Tommy Sullivan is an official CAPA blogger for spring 2016, sharing his story in weekly posts on CAPA World. A broadcasting and Spanish major Western Kentucky University, he is studying abroad in Buenos Aires this semester.
In this week's post, Tommy shares some of the top Spanish words and phrases that you'll want to memorize before you before you study abroad in Buenos Aries.
While there’s no doubt my Spanish teachers have prepared me extraordinarily well to live and study in Argentina, there’s definitely a few Argentina (and Buenos Aires) specific words they left out of the curriculum. My accent while speaking the language, after a full semester in this city, has changed a little bit, and my daily vocabulary has also switched up a bit. Listening to and speaking with my host family, taxi drivers, servers, my Spanish teacher, other writers at The Bubble and random strangers has affected how I speak Spanish. I still clearly have the “yankee” accent; however, my speech has slowly become more Argentine.
Here’s my top 10 words and phrases I’ve started to use all the time.
1. Che. This word is used as an interjection and directly addresses someone. I think the definition would be a mix between “hey” and “dude” and is not gender specific. Saying “che” will get someone’s attention if they are across the room or add emphasis to what you’re telling someone.
2. Auto/colectivo. Auto means “car,” and colectivo means “bus.” In school, I almost always wrote down the translation of car as “carro” or “coche,” but “auto” is the most common form used in Argentina. For bus, I normally used “autobus,” though I’ve switched to the very Argentine word of colectivo.
3. Bueno. Literally, bueno means “good.” It’s absolutely used that way all the time; however, it’s important to note that people here use it as a way to stall when they are thinking, much like saying “um” or “well” in English. Argentines generally don’t use the word “pues,” which I think is taught pretty regularly in schools in the US and used in other Spanish-speaking countries.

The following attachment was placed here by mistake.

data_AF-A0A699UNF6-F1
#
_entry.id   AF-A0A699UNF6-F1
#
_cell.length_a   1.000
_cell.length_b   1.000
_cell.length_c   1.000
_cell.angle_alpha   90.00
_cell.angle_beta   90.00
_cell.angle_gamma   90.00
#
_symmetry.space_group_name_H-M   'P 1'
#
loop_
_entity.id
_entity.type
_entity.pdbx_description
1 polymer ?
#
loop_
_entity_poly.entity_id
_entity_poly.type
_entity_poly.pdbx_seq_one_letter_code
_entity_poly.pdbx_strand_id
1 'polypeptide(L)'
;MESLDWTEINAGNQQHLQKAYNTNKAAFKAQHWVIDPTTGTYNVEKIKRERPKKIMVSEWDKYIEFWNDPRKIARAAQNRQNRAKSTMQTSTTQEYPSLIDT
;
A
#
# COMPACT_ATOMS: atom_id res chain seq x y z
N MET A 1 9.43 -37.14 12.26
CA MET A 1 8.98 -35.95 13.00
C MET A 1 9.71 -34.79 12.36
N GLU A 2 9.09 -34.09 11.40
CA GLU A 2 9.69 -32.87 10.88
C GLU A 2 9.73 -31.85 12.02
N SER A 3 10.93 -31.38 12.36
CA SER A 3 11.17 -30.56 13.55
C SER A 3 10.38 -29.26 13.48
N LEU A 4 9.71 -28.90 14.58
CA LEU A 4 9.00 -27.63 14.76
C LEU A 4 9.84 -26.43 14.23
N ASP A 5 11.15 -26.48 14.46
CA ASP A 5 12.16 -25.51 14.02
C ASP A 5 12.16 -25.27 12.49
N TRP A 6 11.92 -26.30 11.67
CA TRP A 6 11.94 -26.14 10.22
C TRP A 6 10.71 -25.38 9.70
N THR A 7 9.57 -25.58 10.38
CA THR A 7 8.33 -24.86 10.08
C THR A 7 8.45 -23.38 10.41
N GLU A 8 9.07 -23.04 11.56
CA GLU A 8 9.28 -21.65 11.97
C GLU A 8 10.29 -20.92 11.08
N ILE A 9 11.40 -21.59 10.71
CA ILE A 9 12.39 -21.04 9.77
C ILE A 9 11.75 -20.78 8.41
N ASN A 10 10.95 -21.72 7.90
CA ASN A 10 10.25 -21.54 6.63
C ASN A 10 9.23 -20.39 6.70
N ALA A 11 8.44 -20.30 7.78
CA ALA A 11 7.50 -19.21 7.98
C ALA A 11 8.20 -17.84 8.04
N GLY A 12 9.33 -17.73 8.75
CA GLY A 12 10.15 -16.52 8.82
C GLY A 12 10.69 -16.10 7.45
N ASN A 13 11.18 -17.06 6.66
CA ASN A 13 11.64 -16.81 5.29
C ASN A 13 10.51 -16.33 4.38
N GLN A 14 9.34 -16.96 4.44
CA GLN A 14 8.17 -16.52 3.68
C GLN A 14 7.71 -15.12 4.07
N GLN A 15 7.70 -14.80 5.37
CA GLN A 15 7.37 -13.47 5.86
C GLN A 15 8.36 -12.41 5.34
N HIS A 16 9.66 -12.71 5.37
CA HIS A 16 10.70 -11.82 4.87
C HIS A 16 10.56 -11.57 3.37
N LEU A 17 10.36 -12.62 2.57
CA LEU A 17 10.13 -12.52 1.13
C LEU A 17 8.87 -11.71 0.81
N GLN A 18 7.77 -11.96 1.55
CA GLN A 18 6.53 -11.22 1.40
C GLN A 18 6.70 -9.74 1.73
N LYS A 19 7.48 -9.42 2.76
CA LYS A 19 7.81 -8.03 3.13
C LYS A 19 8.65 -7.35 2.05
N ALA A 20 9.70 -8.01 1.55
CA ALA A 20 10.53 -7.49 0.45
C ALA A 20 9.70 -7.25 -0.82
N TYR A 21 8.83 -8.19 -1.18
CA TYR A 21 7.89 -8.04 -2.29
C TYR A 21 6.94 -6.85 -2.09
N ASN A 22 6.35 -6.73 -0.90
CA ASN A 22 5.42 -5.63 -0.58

4. O sea. This is another good chance to pause and indicate you’re thinking. O sea is generally translated as “in other words.” I use this all the time when people give me a confused look after I butcher some Spanish or I want to phrase something better.
5. Perdon. This one sounds like its English counterpart of “pardon.” I came here saying “lo siento” (“I’m sorry”) every time I accidentally bumped into someone or asked someone to repeat what they said. Since it’s really common to say “perdon” or “perdoname,” I’ve begun to use those instead.
6. No pasa nada. No pasa nada basically means “don’t worry about it" or “it’s not a big deal.” Argentines, in my experience, have rejected almost every “gracias” (“thank you”) I’ve given with a no pasa nada. To me, it seems like this is the way to say “thank you.” I’ve noticed myself using it a lot recently.
7. Ojo. Ojo is literally “eye” in Spanish. It’s slang for “caution” or “watch out.” Within my group of CAPA friends, we overuse the interjection as inside joke, but my host mom frequently uses it as well. It’s typical to touch one’s cheek right below the eye when saying “ojo.”
8. Todo bien. This is both a question and a response. It’s like asking “how are you?” or “everything alright?”. Replying with “todo bien” is like saying “yes, all good.” My doorman and I usually exchange todo biens when I get back from school or The Bubble.
9. Que onda? “What’s up?” is closest translation and is used the same way.
10. Cómo te va? This greeting is similar to “how are you?”. In school, I remember using “que pasa” or “cómo estás” more than “cómo te va.” Here, I mostly use the latter if I haven’t said “todo bien” yet.
Tommy's journey continues every Monday so stay tuned.